For the graduates who do not want to continue the advanced dental training, they are still able to work in numerous dental disciplines as general dentists. For example, a graduate can open their own general practice, partake in a group practice, get employed as a dentist for the military, work in a public health facility or hospital care, etc. The bottom line is, dental school graduates have a lot of options for either future, advanced education, or immediate employment.

For more detailed information about dental school and career paths in dentistry, make sure to check out the American Dental Association (ADA), the American Student Dental Association (ASDA), and of course some of our other articles regarding the difficulties of attending a dental school and which dental school might save you from the student loan debt.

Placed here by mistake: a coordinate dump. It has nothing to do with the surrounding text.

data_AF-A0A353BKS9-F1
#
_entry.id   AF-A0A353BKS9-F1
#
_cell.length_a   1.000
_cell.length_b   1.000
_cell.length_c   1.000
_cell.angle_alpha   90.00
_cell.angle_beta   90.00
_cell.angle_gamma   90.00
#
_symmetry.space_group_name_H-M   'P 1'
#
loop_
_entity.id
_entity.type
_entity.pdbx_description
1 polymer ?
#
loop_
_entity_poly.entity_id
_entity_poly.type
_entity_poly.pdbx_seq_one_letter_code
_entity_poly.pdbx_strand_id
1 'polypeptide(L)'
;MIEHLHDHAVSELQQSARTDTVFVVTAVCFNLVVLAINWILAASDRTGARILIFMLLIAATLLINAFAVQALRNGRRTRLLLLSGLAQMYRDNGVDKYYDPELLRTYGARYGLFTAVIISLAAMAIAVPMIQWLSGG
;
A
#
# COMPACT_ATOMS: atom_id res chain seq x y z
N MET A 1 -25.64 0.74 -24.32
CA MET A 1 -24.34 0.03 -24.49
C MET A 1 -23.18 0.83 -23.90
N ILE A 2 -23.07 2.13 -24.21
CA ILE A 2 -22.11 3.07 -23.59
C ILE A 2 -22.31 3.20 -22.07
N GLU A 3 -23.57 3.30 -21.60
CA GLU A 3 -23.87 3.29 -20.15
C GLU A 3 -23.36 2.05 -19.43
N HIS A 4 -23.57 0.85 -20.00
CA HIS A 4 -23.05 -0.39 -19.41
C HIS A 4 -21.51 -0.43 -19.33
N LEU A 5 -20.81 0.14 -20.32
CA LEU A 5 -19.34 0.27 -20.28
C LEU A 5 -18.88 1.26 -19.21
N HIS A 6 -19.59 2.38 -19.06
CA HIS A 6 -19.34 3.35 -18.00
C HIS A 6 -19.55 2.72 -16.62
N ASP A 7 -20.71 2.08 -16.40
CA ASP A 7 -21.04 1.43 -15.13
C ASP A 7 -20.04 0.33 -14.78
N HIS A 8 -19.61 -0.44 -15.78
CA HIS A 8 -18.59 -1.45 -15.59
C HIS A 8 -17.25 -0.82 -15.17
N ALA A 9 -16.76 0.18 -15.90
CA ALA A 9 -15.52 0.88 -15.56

Also Read: How Many Years Does It Take To Be A Dentist?

What Makes Dentistry So Stressful?

Time Management

One of the main stressors for dentists is time. Being a dentist requires incredible time management and many hours of work, which can be exhausting and incredibly stressful. The dentist needs to be focused and dedicated to every single patient the same, but as time goes by and one gets tired, it can be difficult to provide the best possible service.

That is why some dentists tend to work even during the weekends. You can never know whether a patient will have an emergency or a negative reaction to a procedure. This means that the dentist needs to be available to the patients at all times. Imagine having a severe toothache on a Sunday night. Who is going to help you, other than your dentist?